Last time I wrote a piece about bandits, but this time we’re going to talk about another monster with a very specific narrative role. Except this monster isn’t a monster at all. It’s just an animal.

Those of you who read my last article saw this one coming a mile away. I’m talking about wolves.

Seriously, why is it always wolves? Well, wolves provide an important storytelling tool. They show the adventurers that the wilderness is dangerous. The thick forests and jungles which lie between settlements are often fraught with peril, not just from other humanoids, but from the very earth itself. Nature is a foe no less dangerous than a bandit with a knife. 

Except wolves don’t need to be the only predatory animals you can use to showcase this. Seriously, I think that I’ve fought a pack of wolves in every D&D campaign I’ve played in, and I may well have thrown packs of wolves at most of the D&D parties I’ve run games for. It’s easy to see why we’d default to using wolves. Fairy tales like Little Red Riding Hood and werewolf fiction have turned the wolf into the apex predator of the forest. 

If you’re considering using wolves, I’m assuming you’re likely going for a northern European vibe, but consider this – panthers have the same Challenge Ratings as wolves. Naturally you find them in jungles, not forests, of course, but perhaps you’d consider relocating your campaign to a more tropical setting so as to vary up your toolbox of wild animals?

But, if you are set on a European setting, you’ve got an easy alternative: a boar. They’re territorial, ill tempered, and they’ve got big-ass tusks. If you think a wolf howling at the moon is scary, imagine a pack of wild boars rushing at you.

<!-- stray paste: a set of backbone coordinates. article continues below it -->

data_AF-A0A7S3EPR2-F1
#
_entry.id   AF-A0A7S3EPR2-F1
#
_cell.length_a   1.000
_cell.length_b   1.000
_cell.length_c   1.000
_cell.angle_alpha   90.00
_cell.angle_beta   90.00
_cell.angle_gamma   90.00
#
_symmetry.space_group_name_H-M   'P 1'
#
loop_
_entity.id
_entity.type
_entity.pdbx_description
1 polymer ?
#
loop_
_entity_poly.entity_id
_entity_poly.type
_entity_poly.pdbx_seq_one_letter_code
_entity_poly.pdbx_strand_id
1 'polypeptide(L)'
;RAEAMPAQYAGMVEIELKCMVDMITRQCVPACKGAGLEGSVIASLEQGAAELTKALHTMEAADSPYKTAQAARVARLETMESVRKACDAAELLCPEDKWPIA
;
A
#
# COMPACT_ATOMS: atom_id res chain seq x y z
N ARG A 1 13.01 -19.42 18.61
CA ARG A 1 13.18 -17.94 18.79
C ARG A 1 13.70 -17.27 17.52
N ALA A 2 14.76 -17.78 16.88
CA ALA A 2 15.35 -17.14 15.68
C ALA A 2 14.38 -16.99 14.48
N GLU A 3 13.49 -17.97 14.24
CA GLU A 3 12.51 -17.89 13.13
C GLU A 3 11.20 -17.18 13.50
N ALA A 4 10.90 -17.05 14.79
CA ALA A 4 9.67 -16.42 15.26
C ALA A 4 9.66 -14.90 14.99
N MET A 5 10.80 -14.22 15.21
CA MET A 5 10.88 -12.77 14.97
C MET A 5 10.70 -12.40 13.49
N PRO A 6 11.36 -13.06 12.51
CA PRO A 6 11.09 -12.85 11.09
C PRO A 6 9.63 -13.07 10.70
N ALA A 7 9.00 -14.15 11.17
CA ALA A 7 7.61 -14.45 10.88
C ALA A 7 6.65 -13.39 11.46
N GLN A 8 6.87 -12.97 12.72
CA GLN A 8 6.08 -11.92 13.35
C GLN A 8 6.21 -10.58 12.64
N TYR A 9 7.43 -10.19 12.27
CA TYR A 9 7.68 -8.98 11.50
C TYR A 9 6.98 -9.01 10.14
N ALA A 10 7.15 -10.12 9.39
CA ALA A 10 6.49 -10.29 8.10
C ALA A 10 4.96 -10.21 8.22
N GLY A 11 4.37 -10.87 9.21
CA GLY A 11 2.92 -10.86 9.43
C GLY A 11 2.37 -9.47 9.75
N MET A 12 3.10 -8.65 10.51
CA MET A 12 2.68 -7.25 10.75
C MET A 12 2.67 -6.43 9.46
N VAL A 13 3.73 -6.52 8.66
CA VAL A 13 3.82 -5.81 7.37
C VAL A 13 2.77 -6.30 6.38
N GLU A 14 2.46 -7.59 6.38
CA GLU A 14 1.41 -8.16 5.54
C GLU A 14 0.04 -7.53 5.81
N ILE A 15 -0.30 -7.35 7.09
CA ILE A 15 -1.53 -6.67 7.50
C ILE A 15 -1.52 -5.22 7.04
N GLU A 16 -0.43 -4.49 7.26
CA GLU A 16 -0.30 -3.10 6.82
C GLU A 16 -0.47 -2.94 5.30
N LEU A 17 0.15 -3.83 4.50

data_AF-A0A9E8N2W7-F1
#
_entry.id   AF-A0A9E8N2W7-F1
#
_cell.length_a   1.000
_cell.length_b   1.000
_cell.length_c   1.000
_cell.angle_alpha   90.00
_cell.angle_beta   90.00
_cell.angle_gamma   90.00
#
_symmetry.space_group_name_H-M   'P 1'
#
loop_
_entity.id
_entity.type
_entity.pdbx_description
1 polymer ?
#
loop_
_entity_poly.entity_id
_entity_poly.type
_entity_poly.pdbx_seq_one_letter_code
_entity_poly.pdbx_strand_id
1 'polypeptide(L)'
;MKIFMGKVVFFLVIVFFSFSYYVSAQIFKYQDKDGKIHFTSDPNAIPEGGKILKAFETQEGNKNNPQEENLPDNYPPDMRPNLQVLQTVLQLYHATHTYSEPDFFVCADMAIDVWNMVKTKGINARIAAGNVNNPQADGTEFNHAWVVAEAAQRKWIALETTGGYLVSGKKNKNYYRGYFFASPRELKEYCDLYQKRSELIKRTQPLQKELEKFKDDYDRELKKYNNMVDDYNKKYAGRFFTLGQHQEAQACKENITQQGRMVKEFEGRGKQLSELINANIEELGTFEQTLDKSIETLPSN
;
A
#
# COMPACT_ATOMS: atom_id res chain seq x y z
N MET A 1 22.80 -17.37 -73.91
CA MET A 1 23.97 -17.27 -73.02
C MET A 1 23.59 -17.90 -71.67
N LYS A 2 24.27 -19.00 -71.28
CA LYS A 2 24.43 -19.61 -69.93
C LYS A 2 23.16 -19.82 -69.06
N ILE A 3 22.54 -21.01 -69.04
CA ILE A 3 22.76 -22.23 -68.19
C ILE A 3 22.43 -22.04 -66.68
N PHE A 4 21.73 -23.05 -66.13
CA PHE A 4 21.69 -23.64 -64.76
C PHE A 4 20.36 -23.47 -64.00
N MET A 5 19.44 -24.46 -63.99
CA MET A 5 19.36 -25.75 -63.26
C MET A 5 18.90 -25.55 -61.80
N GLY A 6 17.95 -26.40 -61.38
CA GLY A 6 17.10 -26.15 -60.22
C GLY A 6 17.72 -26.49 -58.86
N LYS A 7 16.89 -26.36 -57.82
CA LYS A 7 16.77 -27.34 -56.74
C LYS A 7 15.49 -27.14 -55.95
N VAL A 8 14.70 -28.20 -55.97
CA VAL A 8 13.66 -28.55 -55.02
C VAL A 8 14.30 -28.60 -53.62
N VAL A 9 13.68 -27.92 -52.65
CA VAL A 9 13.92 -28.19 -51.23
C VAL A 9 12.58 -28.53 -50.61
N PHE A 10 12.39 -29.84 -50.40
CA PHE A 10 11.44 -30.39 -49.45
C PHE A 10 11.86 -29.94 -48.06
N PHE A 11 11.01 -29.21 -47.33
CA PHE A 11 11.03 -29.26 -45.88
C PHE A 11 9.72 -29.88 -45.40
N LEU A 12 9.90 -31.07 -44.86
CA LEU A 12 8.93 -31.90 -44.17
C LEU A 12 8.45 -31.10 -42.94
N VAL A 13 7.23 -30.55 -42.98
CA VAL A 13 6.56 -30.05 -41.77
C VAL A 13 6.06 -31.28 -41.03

However, nature can be deceiving, and animals do not always behave in ways we expect them to – especially when they’re enlarged. No one questions a giant spider eating people because we view spiders the same we view wolves, with an atavistic dread, even though in real life normal-sized spiders are absolutely terrified of humans. What other animals would become a lot more threatening if we scaled them up? 

Badgers. Your party may well come across a giant badger in the woods and think it cute, think it harmless. But real-life badgers are meat-eaters – they love earthworms, grubs, insects, eggs, and baby birds.

Yup. Real-life badgers eat baby birds. Sounds horrible, doesn’t it? Now imagine the appetite of a badger the size of a semi. Suddenly that giant badger isn’t looking as cute, is it?

You can play with your players’ expectations by having normally cute animals suddenly get nasty once they’re scaled up to giant size. This teaches them the first law of nature – survival of the fittest. Once a badger is big enough to eat something larger than earthworms, it will, regardless of whether that something has a face or not. And in doing so, you warn your players that nature is not only unpredictable, but also apathetic. It does not care about them. And that makes it all the more dangerous. 

Beasts aren’t the only option, of course. For monsters of nature, we can also look at the Fey and Monstrosity categories – after all, Monstrosities are basically just Beasts that are big and scary and have no real-life analogues. I’d make a mention of the Plant enemies in the Monster Manual, but most of them are too high-level CR for your first-through-third level parties, except for blights and the awakened shrub (the former of which are pretty boring, the latter of which is…just a bush).

And if you really want to mess with your players’ expectations, throw a pack of velociraptors at them. Even if you never feature another dinosaur again, your players will spend the rest of the campaign wondering what else might be lurking out there in the woods. 

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